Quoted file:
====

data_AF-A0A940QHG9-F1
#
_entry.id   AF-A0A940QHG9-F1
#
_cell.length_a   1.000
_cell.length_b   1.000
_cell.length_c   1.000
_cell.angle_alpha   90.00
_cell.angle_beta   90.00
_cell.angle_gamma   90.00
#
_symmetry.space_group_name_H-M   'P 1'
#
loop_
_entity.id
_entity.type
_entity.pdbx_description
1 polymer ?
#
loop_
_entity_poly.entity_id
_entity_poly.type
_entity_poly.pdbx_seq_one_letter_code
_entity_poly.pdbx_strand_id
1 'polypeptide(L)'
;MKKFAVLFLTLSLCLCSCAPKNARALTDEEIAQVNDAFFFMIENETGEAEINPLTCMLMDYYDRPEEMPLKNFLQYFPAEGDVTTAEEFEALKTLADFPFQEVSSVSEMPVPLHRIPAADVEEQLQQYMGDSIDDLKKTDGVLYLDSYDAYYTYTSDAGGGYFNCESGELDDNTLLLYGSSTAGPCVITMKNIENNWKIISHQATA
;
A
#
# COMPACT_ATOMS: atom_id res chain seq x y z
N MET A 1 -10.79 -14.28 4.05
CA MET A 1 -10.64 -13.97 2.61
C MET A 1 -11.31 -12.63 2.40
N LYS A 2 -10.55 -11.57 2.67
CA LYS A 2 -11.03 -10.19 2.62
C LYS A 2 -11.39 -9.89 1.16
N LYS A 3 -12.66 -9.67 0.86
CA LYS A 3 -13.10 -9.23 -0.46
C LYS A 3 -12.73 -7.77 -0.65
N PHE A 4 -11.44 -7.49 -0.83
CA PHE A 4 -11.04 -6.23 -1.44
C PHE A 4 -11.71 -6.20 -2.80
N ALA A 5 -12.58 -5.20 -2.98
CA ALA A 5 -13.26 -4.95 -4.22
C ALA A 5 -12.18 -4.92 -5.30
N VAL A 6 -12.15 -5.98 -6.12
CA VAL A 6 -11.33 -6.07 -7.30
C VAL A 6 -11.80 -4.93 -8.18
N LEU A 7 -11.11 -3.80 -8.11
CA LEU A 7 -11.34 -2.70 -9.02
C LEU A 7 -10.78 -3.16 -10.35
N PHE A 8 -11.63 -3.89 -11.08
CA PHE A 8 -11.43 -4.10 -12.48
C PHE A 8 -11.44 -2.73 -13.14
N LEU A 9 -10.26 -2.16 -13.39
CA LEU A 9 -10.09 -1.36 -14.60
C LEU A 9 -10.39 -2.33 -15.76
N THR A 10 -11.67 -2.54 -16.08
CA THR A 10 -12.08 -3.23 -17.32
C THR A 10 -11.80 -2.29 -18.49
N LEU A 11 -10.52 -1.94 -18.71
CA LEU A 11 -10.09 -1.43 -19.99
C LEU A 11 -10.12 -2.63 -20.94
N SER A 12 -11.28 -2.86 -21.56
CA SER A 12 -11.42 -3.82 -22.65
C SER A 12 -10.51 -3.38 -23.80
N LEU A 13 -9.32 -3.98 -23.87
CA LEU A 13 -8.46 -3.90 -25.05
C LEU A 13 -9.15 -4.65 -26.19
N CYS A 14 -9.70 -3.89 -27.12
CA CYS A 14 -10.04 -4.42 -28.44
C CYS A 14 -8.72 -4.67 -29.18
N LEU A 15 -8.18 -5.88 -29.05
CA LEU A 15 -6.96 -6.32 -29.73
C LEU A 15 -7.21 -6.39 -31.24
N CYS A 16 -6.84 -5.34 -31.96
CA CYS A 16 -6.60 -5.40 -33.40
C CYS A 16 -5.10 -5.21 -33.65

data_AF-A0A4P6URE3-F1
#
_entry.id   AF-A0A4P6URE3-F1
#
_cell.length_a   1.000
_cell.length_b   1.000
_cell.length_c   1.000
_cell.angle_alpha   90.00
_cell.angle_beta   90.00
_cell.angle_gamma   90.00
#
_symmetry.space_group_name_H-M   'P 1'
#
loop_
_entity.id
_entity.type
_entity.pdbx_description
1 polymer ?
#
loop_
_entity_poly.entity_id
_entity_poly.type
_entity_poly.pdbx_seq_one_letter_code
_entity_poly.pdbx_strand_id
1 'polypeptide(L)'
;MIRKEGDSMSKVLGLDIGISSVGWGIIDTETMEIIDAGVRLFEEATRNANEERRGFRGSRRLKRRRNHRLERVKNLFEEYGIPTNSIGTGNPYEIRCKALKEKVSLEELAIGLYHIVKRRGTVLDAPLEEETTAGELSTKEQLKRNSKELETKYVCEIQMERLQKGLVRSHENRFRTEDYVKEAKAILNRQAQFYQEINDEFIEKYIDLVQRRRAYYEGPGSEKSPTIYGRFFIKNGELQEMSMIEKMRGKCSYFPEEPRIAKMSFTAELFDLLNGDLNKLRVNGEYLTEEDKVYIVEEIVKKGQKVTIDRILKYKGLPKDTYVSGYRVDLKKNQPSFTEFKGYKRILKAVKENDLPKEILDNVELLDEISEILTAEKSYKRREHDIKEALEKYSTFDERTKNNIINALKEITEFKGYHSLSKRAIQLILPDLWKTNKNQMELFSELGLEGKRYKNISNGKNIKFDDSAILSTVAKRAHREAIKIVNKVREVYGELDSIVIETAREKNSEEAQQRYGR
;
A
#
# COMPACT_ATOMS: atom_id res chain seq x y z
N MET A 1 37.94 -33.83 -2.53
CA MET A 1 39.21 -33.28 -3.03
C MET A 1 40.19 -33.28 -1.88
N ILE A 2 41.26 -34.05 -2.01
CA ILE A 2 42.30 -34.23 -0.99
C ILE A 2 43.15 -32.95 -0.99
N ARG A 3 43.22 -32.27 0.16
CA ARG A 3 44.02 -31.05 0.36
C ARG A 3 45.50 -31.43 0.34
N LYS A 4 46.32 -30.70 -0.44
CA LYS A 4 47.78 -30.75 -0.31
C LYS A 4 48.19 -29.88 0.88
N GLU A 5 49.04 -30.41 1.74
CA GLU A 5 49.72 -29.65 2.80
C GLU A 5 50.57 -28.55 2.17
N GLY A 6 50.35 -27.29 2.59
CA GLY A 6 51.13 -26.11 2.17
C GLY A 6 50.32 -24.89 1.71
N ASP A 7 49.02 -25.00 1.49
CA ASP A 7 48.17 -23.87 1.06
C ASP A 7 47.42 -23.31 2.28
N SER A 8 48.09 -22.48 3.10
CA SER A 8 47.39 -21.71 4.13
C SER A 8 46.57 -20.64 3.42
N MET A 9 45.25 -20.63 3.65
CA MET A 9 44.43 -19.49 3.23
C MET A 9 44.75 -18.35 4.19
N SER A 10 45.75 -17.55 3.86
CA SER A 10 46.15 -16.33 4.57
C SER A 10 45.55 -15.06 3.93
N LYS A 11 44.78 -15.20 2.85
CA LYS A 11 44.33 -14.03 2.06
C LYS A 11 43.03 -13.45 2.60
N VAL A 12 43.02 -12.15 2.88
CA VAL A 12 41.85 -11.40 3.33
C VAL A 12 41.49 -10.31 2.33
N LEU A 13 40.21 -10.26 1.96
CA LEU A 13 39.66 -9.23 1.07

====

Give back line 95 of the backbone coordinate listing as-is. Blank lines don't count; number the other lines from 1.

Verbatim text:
_entity.pdbx_description